Last weekend, OpenNMS-er extraordinare Ronny Trommer was at a conference where he met Jos Poortvliet from Nextcloud. I’ve been following Nextcloud pretty intently since I recognized kindred souls in their desire to create a business that was successful and still 100% open source (and not, for example, fauxpensource). Jos mentioned that Nextcloud was getting a new monitoring API and thought it would be cool if OpenNMS could use it.
Since their API returns the monitoring information as XML, Ronny used the XML Collector to gather the data. Once the data is in OpenNMS, you can graph it, set thresholds, configure notifications, etc.
Available metrics include:
- CPU load and memory usage
- Number of active users over time
- Number of shares in various categories
- Storage statistics
- Server settings like PHP version, database type and size, memory limits and more
Here’s an example of the number of files from a small demo system:
Of course, since OpenNMS is a platform, once the data is in the system you can leverage its integrations with applications such as Grafana:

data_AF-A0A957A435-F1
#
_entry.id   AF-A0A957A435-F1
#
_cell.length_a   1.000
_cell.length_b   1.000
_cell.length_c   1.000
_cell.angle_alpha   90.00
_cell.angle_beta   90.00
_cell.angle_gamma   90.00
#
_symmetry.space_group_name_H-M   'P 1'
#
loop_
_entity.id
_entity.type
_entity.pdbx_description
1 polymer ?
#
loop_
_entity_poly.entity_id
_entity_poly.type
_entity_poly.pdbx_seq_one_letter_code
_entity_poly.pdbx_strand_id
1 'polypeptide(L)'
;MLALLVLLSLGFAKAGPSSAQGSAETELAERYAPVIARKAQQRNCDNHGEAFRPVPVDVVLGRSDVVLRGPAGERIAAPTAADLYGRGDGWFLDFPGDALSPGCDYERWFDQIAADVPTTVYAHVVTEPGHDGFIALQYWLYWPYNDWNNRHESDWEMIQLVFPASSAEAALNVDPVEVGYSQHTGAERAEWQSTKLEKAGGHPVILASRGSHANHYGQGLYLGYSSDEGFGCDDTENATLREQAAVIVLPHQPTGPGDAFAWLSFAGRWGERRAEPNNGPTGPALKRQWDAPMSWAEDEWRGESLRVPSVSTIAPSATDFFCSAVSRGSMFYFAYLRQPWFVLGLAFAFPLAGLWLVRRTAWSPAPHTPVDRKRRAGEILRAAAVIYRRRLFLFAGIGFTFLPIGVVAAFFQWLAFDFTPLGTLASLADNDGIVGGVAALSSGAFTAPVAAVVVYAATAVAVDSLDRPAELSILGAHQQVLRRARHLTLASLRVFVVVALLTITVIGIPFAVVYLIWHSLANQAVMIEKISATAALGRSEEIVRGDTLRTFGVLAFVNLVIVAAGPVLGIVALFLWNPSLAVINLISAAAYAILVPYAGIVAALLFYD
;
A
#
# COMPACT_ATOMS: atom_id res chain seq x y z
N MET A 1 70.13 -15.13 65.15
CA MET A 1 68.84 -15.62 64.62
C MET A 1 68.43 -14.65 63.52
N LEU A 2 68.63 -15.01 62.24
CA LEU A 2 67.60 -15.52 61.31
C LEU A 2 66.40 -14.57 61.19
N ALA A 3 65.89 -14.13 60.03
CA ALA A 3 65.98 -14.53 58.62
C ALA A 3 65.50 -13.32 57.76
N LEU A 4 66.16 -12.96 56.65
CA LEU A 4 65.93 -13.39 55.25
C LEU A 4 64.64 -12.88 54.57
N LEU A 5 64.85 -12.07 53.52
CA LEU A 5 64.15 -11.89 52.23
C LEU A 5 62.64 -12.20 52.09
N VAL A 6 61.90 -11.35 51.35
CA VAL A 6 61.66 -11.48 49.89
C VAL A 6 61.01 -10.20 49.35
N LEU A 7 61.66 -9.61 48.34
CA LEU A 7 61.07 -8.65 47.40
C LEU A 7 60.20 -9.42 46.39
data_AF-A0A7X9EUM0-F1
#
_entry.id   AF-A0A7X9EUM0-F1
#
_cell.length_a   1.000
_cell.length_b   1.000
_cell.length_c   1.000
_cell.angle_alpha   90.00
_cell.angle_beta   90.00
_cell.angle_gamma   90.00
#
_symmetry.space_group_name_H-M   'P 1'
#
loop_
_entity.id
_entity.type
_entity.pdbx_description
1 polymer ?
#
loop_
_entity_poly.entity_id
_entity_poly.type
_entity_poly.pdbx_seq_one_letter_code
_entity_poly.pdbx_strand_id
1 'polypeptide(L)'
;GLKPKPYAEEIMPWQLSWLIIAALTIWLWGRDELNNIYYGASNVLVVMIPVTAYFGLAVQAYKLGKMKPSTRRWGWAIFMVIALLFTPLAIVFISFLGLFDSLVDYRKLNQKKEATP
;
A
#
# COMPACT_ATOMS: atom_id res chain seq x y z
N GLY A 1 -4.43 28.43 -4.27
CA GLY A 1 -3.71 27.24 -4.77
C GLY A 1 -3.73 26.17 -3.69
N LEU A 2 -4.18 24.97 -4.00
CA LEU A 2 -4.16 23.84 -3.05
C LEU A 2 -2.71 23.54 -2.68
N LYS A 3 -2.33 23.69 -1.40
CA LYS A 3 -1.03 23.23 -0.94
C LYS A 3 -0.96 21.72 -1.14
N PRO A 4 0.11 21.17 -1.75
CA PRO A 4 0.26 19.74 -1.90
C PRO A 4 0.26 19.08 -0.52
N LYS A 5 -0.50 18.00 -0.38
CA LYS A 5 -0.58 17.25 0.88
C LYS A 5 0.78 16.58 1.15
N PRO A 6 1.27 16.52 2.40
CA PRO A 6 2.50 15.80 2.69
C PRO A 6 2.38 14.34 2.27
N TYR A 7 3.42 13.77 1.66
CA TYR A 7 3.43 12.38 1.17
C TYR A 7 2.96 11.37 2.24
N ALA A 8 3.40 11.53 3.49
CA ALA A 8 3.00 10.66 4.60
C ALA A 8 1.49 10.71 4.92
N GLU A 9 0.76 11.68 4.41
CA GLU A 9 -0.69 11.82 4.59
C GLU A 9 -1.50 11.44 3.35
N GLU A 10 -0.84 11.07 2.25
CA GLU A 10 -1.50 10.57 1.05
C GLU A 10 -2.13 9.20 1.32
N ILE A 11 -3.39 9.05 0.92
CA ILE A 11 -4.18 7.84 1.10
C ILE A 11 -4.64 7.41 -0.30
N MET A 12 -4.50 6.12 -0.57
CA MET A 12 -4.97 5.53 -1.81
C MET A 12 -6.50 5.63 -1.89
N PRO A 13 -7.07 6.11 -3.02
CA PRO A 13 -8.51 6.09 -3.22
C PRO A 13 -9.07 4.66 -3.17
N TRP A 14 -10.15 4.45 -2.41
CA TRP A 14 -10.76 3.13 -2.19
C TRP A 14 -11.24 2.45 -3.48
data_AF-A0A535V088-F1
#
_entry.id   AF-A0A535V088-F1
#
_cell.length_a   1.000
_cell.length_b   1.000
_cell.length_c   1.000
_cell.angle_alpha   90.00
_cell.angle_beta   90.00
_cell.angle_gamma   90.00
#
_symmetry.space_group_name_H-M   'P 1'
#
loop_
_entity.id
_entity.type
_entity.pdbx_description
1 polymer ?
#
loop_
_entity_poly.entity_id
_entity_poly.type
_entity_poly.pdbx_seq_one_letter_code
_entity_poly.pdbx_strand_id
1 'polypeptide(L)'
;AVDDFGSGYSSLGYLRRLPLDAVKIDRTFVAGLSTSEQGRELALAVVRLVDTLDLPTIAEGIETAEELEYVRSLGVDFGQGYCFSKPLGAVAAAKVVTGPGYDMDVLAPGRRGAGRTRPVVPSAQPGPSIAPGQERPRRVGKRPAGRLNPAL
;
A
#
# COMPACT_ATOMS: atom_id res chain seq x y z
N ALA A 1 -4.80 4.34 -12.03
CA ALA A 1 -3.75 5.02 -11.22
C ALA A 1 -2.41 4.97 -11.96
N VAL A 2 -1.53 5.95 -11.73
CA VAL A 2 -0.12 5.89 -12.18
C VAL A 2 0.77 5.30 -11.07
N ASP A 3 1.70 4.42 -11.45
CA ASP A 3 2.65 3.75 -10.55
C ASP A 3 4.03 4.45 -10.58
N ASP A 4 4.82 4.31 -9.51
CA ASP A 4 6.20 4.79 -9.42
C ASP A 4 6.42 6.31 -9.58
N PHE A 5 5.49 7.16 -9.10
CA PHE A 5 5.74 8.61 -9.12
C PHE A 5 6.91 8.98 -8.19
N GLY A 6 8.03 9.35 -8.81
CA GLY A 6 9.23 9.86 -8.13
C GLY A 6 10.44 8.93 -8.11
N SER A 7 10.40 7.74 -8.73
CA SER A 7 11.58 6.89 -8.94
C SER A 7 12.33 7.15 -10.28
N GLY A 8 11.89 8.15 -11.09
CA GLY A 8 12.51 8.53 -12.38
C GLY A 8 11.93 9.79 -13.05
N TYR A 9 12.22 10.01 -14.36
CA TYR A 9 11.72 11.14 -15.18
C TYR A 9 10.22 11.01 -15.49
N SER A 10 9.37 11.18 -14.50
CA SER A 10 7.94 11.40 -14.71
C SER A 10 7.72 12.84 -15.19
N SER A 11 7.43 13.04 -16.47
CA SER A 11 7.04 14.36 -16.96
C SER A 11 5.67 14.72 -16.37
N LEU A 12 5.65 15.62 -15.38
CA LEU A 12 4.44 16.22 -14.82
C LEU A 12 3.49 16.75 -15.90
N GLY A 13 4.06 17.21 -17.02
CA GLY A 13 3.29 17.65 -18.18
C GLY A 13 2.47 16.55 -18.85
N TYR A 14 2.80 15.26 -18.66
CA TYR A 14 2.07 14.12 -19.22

Some applications will go on and on about how many “plugins” they have. Often, these are little more than scripts that do something simple, like an SNMP GET, but with all the overhead of having to run a shell. To add something like Nextcloud to OpenNMS, it is just a simple matter of configuring a couple of files, but to make that easier a lot of configurations have been added to a git repository. If you want to try out the Nextcloud integration, follow these instructions.
True open source solutions can offer the best feature, performance and value for most companies, but unfortunately there are so few pure open source companies providing them. I applaud Nextcloud and look forward to working with them for years to come.